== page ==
This birth control method revolves around using the texture and amount of cervical mucus in the vagina to determine ovulation time.
Most of the time when we think and hear about vaginal secretions, we think about a woman who is wet and lubricated from arousal, right?
Many times women also think other discharge may be a sign of an infection. However, the vagina naturally produces secretions and fluids throughout the month and understanding the difference in the secretions can actually be used as a form of birth control.
The mucus method is also known as the ovulation method. In order to tell where they are in their cycles women place their fingers into their vagina and read their secretions.
How it works:
Dry time: After a period it is common for women to experience a sense of dryness down below. It can sometimes be mistaken for a yeast infection, leaving some women to be convinced that they get a yeast infection after every period. Dryness can feel itchy sometimes (but if you’re experiencing redness/itching/clumpy white discharge, head to a gyno.) This normal dryness after a period are considered “dry days” when there is no noticeable vaginal discharge.
Yellow/White Discharge: After this “dry” time, there is typically a white/yellowish sticky discharge that appears and during this time unprotected sex should be avoided to avoid becoming impregnated.
Ovulatory Mucus: it’s disgusting sounding alright, but most women have experienced this at some point in their lives, and probably wondered what it was and if they’re okay. You’re fine. This clear stringy egg-white like consistency discharge is known as ovulatory mucus.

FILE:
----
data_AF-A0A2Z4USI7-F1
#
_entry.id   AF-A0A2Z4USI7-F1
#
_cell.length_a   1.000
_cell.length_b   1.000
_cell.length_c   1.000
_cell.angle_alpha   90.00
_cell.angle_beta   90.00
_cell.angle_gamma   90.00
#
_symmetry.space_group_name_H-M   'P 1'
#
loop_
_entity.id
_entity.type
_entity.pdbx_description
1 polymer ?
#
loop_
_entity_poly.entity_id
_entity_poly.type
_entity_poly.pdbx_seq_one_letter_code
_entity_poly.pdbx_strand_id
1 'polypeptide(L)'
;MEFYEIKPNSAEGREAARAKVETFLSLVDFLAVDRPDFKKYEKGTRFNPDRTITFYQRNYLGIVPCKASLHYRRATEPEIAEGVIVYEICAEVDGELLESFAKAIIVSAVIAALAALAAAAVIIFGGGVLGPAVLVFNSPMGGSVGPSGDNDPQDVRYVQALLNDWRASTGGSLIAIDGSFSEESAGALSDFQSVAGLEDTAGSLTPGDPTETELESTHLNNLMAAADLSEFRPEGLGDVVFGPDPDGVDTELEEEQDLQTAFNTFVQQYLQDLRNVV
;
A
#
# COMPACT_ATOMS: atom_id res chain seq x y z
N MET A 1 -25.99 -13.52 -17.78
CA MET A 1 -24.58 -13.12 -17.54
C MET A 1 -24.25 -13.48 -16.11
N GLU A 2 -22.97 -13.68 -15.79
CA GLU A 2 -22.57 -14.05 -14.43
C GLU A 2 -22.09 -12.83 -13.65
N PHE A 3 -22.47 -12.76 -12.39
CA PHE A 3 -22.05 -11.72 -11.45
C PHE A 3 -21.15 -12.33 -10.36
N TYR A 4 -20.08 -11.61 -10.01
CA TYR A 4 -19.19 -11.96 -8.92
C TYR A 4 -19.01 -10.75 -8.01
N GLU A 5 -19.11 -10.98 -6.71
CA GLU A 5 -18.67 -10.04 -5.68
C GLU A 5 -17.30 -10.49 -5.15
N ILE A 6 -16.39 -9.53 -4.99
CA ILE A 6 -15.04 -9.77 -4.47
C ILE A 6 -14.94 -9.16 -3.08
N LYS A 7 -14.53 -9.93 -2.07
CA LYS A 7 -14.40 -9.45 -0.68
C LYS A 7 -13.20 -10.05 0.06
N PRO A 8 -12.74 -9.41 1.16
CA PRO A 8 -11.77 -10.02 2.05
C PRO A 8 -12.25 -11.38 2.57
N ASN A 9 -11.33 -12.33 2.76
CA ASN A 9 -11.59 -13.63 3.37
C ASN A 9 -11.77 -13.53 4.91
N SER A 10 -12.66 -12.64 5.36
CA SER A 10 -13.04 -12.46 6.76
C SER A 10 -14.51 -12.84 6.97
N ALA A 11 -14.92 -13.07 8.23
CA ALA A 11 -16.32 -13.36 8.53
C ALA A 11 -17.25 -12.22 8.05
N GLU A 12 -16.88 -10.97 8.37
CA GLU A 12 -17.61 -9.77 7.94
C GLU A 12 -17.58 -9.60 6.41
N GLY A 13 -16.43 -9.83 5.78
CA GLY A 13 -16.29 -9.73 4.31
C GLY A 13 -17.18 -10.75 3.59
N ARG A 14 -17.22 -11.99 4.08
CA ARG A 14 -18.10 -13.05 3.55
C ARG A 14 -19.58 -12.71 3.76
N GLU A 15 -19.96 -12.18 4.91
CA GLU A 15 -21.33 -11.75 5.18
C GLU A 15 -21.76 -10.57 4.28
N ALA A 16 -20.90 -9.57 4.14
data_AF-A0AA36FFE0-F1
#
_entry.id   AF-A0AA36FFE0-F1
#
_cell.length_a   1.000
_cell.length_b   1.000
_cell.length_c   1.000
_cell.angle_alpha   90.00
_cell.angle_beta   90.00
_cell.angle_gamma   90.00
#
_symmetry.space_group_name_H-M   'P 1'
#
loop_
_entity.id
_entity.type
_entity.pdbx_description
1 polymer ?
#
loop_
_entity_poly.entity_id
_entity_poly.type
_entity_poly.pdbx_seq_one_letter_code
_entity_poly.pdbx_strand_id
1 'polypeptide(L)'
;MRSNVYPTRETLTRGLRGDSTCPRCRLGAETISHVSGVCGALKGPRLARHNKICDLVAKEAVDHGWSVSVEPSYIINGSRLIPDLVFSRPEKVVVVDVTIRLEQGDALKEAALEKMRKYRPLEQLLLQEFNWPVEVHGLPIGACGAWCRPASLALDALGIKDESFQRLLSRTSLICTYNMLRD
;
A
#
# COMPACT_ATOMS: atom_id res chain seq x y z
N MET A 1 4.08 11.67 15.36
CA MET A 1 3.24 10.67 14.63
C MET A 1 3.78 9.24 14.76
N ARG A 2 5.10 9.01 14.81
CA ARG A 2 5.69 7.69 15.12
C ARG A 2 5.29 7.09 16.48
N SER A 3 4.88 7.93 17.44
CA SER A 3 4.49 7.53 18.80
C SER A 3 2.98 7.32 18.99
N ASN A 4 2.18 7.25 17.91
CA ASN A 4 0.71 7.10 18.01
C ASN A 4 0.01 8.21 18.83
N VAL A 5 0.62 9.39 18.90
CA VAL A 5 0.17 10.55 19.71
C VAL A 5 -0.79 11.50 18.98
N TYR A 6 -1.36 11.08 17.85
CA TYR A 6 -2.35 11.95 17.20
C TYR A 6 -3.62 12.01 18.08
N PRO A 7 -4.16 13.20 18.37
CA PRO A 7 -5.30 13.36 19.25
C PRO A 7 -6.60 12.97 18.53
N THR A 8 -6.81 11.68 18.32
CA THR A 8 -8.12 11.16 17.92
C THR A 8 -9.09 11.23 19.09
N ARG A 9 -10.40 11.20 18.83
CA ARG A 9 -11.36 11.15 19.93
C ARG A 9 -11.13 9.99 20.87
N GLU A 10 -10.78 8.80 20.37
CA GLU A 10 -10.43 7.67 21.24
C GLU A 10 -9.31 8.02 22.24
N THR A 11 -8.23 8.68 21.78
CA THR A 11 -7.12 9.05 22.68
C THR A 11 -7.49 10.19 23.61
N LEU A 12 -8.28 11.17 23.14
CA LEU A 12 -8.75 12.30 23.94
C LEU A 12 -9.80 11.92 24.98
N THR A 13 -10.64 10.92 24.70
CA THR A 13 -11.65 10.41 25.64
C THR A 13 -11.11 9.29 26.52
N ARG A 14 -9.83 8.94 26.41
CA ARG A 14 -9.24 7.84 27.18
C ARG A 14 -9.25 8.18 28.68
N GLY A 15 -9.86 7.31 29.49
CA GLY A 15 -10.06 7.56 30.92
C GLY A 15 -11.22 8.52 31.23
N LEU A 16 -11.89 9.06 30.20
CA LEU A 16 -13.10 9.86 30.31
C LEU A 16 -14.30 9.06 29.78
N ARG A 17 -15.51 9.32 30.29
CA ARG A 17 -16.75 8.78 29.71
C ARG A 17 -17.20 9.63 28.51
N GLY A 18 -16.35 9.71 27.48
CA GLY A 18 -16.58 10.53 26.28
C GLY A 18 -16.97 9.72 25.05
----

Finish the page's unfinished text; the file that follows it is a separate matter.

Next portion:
This mucus is stretchy and clear and if you put it in between your two fingers it can actually stretch to about 1-1.5 inches before breaking. This mucus creates a feeling of extreme vaginal wetness, which actually has both a chemical balance and texture that helps the sperm enter the uterus.
Cloudy Discharge: According to the mucus method it is about 4 days after the ovulatory mucus begins and 24 hours after a cloudy vaginal secretion resumes that is okay to have unprotected sex.
The mucus method is not very reliable because each woman’s cycle is different, not to mention, you can still get pregnant even if you’re not necessarily ovulating.
Sperm can actually remain alive and capable of fertilizing an egg up to 5 days after it’s first entered the vagina!
It’s important to always practice safe sex, use condoms and another form of birth control for the best protection. According to HealthLine, the mucus method is amongst the least reliable forms of birth control with 20 or more pregnancies annually per 100 woman using it as their form of birth control. –> Not very reliable, at all!
The mucus method is almost better used as a way to predict ovulation for women trying to get pregnant, than it is for woman who are trying to avoid getting pregnant. The best way to practice the mucus method is to attend a class, which teaches exactly how to read your vaginal discharge in the best most effective way. If you’re interested in taking a class, they’re offered at hospitals and clinics around the country.
Information from: Crooks, Robert, and Karla Baur. Our sexuality. Cengage Learning, 2013.